Final

Series: Game 2 of 3

Atlanta leads 2-0 (as of 6/26)

Game 1: Monday, June 25
Washington1Final
Atlanta4
Game 2: Tuesday, June 26
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Atlanta6
Game 3: Wednesday, June 27
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Atlanta13

Nationals 2

(32-45, 16-22 away)

Braves 6

(40-38, 21-21 home)

    7:35 PM ET, June 26, 2007

    Turner Field, Atlanta, Georgia 

    123456789 R H E
    WAS 001000001 2 8 1
    ATL 00104001 - 6 11 2

    W: B. Carlyle (2-2)

    L: M. Bacsik Jr. (1-5)

    S: B. Wickman (14)

    Saltalamacchia powers Braves as Jones ends slump

    A CLOSER LOOK
    Buddy
    Carlyle
    • Summary: Rookie Jarrod Saltalamacchia homered twice and Buddy Carlyle allowed just one run in seven innings as the Braves beat the Nationals 6-2

    • Goat: Washington starter Mike Bacsik gave up five runs and eight hits in six innings.

    • Figure this: Andruw Jones, who went deep in the fifth inning, last hit a home run June 9 and had gone 53 at-bats since his last extra-base hit. Even with his homer, Jones is still hitting just .198.

    • Quotable: "He's one of the best players in the game. I know he's been struggling a little bit, but he's starting to put some better swings on the ball. It's only a matter of time before he starts hitting the ball and carrying us. Then, all this will be forgotten." -- Braves catcher Brian McCann, on Jones

    -- ESPN.com news services

    Braves 6, Nationals 2

    ATLANTA (AP) -- Andruw Jones remembered how to go deep. He remembered his familiar ritual when he touched home plate. And now the Atlanta Braves can only hope he keeps it up.

    On a night when rookie Jarrod Saltalamacchia homered twice, the slumping Jones provided the most welcome hit of all with a three-run shot that carried the Braves to a 6-2 win over the Washington Nationals on Tuesday night.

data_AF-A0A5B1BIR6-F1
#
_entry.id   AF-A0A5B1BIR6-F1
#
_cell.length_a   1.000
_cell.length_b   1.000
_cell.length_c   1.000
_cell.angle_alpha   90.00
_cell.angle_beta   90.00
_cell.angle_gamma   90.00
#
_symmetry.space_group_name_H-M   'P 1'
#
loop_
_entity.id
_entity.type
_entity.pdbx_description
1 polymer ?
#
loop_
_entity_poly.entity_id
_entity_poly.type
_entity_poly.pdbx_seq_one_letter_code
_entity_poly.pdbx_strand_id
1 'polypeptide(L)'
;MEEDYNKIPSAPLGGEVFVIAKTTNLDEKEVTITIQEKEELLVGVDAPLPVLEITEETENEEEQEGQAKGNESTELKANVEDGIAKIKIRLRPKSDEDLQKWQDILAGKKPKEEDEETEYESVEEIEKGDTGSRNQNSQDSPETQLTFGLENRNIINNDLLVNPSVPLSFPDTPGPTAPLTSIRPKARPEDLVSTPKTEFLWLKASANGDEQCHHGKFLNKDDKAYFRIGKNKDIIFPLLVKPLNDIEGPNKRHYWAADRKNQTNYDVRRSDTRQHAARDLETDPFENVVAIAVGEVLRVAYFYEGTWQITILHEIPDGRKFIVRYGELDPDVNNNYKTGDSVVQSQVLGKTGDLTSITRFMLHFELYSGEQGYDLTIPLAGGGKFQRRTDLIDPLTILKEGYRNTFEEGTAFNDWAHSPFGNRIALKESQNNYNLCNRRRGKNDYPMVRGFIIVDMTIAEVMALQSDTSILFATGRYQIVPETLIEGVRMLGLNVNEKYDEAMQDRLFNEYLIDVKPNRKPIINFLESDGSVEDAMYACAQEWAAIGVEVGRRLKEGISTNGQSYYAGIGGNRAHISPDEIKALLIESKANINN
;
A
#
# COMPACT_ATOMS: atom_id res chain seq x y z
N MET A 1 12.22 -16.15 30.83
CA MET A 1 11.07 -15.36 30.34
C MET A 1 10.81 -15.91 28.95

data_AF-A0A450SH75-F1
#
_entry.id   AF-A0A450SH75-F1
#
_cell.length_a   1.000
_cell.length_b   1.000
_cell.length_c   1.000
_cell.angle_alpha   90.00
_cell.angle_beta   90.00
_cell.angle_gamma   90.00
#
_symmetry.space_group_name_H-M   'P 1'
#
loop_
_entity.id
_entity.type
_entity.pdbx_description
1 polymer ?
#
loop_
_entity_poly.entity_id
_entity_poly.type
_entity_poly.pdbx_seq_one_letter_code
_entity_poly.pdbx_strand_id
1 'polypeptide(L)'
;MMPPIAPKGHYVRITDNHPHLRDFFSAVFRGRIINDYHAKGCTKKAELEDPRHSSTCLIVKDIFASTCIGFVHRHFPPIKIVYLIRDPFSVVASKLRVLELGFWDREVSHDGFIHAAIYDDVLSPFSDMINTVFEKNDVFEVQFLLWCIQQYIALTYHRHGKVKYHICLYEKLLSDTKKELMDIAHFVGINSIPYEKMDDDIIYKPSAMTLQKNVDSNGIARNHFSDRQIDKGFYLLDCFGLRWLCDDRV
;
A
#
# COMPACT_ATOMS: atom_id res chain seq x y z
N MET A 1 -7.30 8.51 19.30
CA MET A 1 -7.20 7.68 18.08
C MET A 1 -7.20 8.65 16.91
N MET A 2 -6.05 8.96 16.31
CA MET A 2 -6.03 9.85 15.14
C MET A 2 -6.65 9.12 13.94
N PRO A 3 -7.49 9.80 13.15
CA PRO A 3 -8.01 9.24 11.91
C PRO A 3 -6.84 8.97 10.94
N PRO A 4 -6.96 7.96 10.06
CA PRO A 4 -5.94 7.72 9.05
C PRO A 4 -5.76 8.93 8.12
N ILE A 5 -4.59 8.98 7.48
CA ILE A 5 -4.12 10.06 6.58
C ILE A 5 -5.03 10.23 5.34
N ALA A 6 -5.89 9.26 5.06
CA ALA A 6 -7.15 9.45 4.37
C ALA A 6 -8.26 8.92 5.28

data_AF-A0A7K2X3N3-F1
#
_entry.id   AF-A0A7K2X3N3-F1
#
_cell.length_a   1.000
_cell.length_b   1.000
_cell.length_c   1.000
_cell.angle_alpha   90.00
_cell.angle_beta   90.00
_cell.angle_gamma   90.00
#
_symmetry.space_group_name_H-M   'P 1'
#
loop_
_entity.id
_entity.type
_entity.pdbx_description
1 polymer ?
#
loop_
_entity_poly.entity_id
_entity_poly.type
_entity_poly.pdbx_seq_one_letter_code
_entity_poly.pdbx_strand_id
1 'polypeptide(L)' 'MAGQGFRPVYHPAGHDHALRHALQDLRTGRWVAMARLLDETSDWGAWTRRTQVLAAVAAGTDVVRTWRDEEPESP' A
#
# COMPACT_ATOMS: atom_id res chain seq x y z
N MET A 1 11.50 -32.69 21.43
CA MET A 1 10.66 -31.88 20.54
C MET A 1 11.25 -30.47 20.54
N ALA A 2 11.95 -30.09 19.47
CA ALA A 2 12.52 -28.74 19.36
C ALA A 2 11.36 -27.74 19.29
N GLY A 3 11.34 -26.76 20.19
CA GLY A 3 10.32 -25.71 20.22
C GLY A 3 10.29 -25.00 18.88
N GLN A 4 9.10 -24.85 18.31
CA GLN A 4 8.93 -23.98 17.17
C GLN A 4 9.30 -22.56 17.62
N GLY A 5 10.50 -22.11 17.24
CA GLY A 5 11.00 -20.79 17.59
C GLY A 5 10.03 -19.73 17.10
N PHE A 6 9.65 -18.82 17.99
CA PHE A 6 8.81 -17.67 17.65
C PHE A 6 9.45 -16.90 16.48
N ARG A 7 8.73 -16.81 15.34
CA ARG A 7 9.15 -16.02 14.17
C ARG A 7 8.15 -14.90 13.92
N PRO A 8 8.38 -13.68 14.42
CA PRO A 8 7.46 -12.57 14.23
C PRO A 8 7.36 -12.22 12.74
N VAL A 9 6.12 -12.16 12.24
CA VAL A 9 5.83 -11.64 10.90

Buddy Carlyle bounced back from a dismal outing to pitch seven strong innings, but the journeyman's performance took a backseat to Jones' first homer -- heck, his first hit other than a single -- in 2½ weeks.

    "He's one of the best players in the game," teammate Brian McCann said. "I know he's been struggling a little bit, but he's starting to put some better swings on the ball. It's only a matter of time before he starts hitting the ball and carrying us. Then, all this will be forgotten."

    Jones was mired in a 1-for-31 slump that had knocked his average below .200. In fact, he had gone 53 at-bats without managing even an extra-base hit since his last homer: June 9 off Jason Marquis of the Chicago Cubs.

    But with two outs and two runners aboard in the fifth, Jones got hold of a 3-1 pitch from Mike Bacsik (1-5). The hitter's back foot literally came off the ground as he ripped into the pitch, a reminder of the form that produced 92 homers over the last two seasons.

    "It was over the plate," said Bacsik, who gave up five runs in six innings -- all on homers. "He got what he was looking for."

    Jones leisurely tossed his bat aside and then watched the ball drop into the left-field seats for his 12th homer this season.